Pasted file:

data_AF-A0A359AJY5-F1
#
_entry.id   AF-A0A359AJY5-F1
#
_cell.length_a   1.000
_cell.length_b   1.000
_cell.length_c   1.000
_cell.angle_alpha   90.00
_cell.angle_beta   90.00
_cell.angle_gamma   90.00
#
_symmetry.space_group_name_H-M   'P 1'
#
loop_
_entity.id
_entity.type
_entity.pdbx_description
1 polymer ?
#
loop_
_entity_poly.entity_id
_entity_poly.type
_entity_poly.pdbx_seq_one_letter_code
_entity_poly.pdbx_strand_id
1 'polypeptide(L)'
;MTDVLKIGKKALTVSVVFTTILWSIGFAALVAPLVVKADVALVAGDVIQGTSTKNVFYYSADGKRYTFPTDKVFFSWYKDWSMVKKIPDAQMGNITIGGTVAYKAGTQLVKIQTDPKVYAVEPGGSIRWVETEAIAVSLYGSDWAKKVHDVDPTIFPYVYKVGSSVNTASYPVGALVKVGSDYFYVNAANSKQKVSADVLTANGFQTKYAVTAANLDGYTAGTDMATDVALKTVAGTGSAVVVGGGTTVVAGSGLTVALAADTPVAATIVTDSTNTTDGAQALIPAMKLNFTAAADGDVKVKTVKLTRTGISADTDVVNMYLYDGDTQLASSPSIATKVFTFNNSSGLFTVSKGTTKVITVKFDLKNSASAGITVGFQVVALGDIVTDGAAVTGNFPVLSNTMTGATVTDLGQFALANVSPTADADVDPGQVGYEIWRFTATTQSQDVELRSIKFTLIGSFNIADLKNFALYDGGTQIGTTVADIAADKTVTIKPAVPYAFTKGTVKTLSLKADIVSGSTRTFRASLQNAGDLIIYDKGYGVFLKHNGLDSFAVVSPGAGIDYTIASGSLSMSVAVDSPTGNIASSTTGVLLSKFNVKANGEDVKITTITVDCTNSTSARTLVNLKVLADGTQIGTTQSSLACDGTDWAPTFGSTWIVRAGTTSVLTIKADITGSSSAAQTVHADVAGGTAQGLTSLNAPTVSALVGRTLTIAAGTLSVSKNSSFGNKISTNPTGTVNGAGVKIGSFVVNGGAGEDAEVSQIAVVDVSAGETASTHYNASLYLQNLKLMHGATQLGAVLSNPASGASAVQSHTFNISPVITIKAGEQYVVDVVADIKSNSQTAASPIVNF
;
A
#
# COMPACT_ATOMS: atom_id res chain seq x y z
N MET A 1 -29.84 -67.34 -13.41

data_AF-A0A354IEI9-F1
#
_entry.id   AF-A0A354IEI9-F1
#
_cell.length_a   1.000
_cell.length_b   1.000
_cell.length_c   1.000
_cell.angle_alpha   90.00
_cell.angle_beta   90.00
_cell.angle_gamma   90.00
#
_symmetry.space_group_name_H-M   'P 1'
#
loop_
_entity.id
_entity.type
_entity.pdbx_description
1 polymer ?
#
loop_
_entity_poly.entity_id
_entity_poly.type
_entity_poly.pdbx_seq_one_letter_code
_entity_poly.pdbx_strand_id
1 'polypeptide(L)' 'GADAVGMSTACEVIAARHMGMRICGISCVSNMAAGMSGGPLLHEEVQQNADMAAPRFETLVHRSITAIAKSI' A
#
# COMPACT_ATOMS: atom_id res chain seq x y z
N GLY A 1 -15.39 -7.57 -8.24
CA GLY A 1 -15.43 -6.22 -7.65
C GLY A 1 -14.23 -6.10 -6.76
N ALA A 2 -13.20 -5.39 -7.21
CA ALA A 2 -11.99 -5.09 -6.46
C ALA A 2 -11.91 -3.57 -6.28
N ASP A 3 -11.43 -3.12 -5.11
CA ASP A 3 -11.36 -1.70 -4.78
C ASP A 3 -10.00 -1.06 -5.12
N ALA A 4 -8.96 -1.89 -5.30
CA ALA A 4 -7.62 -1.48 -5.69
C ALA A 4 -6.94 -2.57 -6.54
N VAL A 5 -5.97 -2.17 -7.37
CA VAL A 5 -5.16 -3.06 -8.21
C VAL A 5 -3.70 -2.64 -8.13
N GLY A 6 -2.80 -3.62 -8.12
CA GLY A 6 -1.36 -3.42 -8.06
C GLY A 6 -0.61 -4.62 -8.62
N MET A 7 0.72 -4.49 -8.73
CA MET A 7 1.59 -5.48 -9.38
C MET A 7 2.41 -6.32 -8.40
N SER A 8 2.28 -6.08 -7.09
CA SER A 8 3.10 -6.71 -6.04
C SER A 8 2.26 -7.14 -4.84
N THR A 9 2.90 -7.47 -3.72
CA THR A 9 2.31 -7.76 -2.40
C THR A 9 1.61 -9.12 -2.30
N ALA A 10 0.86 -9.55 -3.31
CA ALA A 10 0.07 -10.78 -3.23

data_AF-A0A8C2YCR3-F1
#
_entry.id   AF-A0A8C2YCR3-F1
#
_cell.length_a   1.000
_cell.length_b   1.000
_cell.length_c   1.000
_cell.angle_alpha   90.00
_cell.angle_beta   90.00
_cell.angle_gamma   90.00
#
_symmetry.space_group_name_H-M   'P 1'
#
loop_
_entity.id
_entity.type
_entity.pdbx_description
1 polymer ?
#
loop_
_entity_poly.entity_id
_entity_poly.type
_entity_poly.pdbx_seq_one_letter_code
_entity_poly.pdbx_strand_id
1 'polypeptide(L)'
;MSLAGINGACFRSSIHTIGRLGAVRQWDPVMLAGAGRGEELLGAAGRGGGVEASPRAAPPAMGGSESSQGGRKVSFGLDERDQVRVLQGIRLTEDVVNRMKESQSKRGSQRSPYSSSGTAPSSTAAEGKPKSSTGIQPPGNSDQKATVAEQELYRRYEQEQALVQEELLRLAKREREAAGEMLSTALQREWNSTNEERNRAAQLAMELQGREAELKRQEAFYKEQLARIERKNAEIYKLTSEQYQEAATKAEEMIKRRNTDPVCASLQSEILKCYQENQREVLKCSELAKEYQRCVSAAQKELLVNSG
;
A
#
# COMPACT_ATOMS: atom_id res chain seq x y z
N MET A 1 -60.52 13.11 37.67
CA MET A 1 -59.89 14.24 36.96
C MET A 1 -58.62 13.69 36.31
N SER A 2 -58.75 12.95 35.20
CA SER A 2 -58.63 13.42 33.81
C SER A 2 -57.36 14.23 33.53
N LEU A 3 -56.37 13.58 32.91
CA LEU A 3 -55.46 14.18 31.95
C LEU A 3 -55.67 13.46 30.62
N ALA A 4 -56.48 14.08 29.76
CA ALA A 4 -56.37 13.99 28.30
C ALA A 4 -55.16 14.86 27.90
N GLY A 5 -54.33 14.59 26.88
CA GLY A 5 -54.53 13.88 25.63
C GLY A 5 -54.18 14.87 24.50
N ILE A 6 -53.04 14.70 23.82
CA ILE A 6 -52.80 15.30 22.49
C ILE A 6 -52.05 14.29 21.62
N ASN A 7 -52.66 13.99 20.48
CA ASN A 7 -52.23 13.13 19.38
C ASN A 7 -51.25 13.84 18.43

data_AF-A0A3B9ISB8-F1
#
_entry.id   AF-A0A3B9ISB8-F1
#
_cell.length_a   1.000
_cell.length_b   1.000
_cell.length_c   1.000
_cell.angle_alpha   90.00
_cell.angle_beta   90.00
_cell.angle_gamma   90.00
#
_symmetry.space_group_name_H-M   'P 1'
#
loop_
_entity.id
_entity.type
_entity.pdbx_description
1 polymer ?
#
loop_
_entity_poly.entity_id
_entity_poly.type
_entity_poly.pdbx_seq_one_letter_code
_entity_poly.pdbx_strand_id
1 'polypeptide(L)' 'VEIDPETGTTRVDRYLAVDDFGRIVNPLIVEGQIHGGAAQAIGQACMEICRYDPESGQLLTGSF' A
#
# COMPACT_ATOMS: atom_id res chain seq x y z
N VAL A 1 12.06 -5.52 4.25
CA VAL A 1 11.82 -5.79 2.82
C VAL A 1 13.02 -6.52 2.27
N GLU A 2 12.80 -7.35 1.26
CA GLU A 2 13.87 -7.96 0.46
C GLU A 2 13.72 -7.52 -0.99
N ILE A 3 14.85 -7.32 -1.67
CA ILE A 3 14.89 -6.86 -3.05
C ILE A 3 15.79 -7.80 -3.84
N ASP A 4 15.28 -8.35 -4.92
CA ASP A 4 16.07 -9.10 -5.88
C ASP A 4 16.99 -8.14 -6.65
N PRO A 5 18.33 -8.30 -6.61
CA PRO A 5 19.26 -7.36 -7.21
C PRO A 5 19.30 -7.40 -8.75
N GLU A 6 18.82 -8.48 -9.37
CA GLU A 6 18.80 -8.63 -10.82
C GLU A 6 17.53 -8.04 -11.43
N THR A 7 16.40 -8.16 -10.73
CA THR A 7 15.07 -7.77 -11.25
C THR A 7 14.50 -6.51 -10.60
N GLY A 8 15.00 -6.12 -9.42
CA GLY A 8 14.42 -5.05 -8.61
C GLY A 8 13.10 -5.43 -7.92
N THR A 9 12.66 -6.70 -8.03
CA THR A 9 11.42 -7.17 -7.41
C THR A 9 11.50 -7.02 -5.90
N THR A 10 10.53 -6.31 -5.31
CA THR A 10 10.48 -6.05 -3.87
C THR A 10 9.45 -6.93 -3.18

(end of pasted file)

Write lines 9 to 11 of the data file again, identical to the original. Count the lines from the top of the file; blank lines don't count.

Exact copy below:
_cell.angle_beta   90.00
_cell.angle_gamma   90.00
#